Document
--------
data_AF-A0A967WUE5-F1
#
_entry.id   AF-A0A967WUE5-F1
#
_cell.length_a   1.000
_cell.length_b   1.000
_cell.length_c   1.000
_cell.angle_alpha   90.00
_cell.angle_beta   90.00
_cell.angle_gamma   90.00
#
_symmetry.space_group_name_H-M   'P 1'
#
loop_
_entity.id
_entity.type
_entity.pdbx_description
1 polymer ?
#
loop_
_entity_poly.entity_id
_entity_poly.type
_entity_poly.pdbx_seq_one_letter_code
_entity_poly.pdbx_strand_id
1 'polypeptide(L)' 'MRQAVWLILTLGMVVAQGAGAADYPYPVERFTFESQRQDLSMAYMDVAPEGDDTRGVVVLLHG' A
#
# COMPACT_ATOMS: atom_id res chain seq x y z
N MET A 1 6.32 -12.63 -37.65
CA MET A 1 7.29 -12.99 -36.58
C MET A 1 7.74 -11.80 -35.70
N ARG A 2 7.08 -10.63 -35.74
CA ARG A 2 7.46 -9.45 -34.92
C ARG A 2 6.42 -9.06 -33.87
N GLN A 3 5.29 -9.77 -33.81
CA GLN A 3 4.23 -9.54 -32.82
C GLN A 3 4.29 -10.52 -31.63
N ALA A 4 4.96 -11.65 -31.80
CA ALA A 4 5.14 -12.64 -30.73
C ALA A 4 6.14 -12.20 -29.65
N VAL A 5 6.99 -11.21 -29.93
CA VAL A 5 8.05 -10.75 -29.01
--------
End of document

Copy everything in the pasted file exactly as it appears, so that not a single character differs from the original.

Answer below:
data_AF-A0A967WUE5-F1
#
_entry.id   AF-A0A967WUE5-F1
#
_cell.length_a   1.000
_cell.length_b   1.000
_cell.length_c   1.000
_cell.angle_alpha   90.00
_cell.angle_beta   90.00
_cell.angle_gamma   90.00
#
_symmetry.space_group_name_H-M   'P 1'
#
loop_
_entity.id
_entity.type
_entity.pdbx_description
1 polymer ?
#
loop_
_entity_poly.entity_id
_entity_poly.type
_entity_poly.pdbx_seq_one_letter_code
_entity_poly.pdbx_strand_id
1 'polypeptide(L)' 'MRQAVWLILTLGMVVAQGAGAADYPYPVERFTFESQRQDLSMAYMDVAPEGDDTRGVVVLLHG' A
#
# COMPACT_ATOMS: atom_id res chain seq x y z
N MET A 1 6.32 -12.63 -37.65
CA MET A 1 7.29 -12.99 -36.58
C MET A 1 7.74 -11.80 -35.70
N ARG A 2 7.08 -10.63 -35.74
CA ARG A 2 7.46 -9.45 -34.92
C ARG A 2 6.42 -9.06 -33.87
N GLN A 3 5.29 -9.77 -33.81
CA GLN A 3 4.23 -9.54 -32.82
C GLN A 3 4.29 -10.52 -31.63
N ALA A 4 4.96 -11.65 -31.80
CA ALA A 4 5.14 -12.64 -30.73
C ALA A 4 6.14 -12.20 -29.65
N VAL A 5 6.99 -11.21 -29.93
CA VAL A 5 8.05 -10.75 -29.01